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At The Caslon Letter Foundry

July 29, 2022
by the gentle author

“In the flesh, The Gentle Author is an even better storyteller, a magician of social history, who not only brings the past alive but reanimates the present.” Thank you to Patrick Barkham for his wonderful review of my tour in the August issue of The Oldie.

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22/23 Chiswell St with Caslon’s delivery van outside the foundry

For centuries, Caslon was the default typeface in the English language. William Caslon set up his type foundry in Chiswell St in 1737, where it operated without any significant change in the methods of production until 1937. These historic photographs taken in 1902, upon the occasion of the opening of the new Caslon factory in Hackney Wick, record both the final decades of the unchanged work of traditional type-founding, as well as the mechanisation of the process that would eventually lead to the industry being swept away by the end of the century.

The Directors’ Room with portraits of William Caslon and Elizabeth Caslon.

Sydney Caslon Smith in his office

Clerks’ office, 15th November 1902. A woman sits at her typewriter in the centre of the office.

Type store with fonts being made up in packets by women and boys working by candlelight.

Another view of the type store with women making up packets of fonts.

Another view of the type store.

Another part of the type store.

In the type store.

A boy makes up a packet of fonts in the type store.

Room of printers’ supplies including type cases, forme trolleys and electro cabinets.

Another view of the printers’ supplies store.

Printing office on an upper floor with pages of type specimens being set and printed on Albion and Imperial handpresses.

Packing department with crates labelled GER, GWR, LNWR, CALCUTTA, BOMBAY, and SYDNEY.

New Caslon Letter Foundry at Rothbury Rd, Hackney Wick, 1902.

Harold Arthur Caslon Smith at his rolltop desk in Hackney Wick with type specimens from 1780 on the wall, Friday 7th November, 1902.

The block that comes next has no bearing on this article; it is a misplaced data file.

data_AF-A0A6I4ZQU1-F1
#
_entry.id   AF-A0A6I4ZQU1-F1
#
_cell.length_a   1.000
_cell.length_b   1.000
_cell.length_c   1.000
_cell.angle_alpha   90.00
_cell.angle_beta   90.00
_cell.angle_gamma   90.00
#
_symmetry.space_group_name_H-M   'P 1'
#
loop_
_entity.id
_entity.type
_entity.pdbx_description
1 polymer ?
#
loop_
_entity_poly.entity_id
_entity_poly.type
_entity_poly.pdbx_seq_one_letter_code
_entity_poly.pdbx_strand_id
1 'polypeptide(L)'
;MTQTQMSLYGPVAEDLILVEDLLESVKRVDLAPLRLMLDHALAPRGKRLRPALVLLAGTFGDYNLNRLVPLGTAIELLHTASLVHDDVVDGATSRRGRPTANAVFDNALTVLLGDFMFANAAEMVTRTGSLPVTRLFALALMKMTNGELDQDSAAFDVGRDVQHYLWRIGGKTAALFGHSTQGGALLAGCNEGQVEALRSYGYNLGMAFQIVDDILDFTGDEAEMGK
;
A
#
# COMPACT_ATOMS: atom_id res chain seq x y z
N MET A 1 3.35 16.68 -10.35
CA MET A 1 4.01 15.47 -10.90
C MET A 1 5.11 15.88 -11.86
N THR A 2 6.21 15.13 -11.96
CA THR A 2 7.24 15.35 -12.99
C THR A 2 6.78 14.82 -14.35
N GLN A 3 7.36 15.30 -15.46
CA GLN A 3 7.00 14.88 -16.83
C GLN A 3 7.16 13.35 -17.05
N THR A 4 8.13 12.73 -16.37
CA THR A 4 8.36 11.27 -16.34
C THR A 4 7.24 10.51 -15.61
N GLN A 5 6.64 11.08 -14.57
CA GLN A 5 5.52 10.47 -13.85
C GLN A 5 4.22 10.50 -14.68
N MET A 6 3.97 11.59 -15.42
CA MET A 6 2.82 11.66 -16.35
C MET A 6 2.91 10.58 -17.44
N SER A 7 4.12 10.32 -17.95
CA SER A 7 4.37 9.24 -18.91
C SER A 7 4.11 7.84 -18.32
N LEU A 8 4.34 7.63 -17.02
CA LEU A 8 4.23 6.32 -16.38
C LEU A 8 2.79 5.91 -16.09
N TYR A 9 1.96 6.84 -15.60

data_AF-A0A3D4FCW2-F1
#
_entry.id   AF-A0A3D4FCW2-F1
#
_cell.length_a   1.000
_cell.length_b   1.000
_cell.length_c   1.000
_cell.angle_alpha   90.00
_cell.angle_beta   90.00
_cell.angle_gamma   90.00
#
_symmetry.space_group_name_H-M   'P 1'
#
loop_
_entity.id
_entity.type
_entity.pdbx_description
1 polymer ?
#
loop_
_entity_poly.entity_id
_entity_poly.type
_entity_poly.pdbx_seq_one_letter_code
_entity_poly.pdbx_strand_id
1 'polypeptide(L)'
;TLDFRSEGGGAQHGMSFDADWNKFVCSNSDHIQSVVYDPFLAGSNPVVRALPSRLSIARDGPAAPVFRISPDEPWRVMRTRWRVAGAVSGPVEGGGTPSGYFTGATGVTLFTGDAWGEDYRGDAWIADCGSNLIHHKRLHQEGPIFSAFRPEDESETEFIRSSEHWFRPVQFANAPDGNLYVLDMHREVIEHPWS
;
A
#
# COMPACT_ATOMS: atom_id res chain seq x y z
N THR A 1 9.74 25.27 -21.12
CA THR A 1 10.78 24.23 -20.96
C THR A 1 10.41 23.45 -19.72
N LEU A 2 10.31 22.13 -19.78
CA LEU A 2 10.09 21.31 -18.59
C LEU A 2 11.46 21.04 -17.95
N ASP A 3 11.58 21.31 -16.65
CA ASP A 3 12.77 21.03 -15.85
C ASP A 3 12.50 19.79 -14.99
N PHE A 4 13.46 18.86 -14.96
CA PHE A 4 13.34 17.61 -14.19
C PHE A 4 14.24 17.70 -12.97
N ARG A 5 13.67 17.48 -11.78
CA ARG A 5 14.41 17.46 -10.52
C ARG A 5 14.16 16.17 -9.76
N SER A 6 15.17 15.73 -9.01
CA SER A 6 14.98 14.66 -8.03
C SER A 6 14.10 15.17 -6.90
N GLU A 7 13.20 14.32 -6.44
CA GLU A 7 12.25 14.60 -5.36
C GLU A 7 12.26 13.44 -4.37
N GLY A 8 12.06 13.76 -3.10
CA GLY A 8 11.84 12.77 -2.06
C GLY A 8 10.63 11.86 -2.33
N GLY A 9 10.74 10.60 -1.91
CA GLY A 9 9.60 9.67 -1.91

Machine shop with plane, lathes and overhead belting.

Gas engines and man with oil can.

Lathes in the Machine Shop.

Hand forging in the Machine Shop.

Another view of lathes in the Machine Shop.

Type store with fonts being made up into packets.

Type matrix and mould store.

Metal store with boy hauling pigs upon a trolley.

Casting Shop, with women breaking off excess metal and rubbing the type at the window.

Another view of the Casting Shop.

Another view of the Casting Shop.

Founting Shop, with women breaking up the type and a man dressing the type.

Casting metal furniture.

Boys at work in the Brass Rule Shop.

Boys making packets of fonts in the Despatch Shop, with delivery van waiting outside the door.

Machine shop on the top floor with a fly-press in the bottom left.

Woodwork Shop.

Brass Rule Shop, hand-planing the rules.

Caretaker’s cottage with caretaker’s wife and the factory cat.

Photographs courtesy St Bride Printing Library

You may also like to read about

William Caslon, Letter Founder

David Pearson, Designer

Roger Pertwee, Manufacturing Stationer

Gary Arber, Printer

Justin Knopp, Printer & Typographer

3 Responses leave one →
  1. Ms.J. Fearnley permalink
    July 29, 2022

    Picture 4. The woman is NOT sitting at a typewriter. It is either an adding machine or an early telephone extension machine.

  2. Heather Fenton permalink
    July 29, 2022

    This is brilliant! I know the typeface well as I was a typographic designer for a book publisher in the City (EC4) in the 1960s and often used Caslon.
    My grandfather was a Compositor working for Hazel Watson and Viney, who were printers then situated somewhere in ‘the Square Mile’! These pictures would be part of his world – so very different from now! I gather there were quite a lot of printing works in central London in the Victorian era, which is when Grandfather Washer was young (born around 1876).
    How about an article about some of these….?
    Meanwhile thanks again for this. Fascinating!
    Heather Fenton

  3. Cherub permalink
    July 29, 2022

    I have been fascinated by fonts and typefaces since I was able to read. I am lucky enough to live near the Basel Papermill Museum and a man there makes metal type fonts, it’s a very interesting skill to watch. The museum also has a room full of manual typewriters from different eras for visitors to try out.

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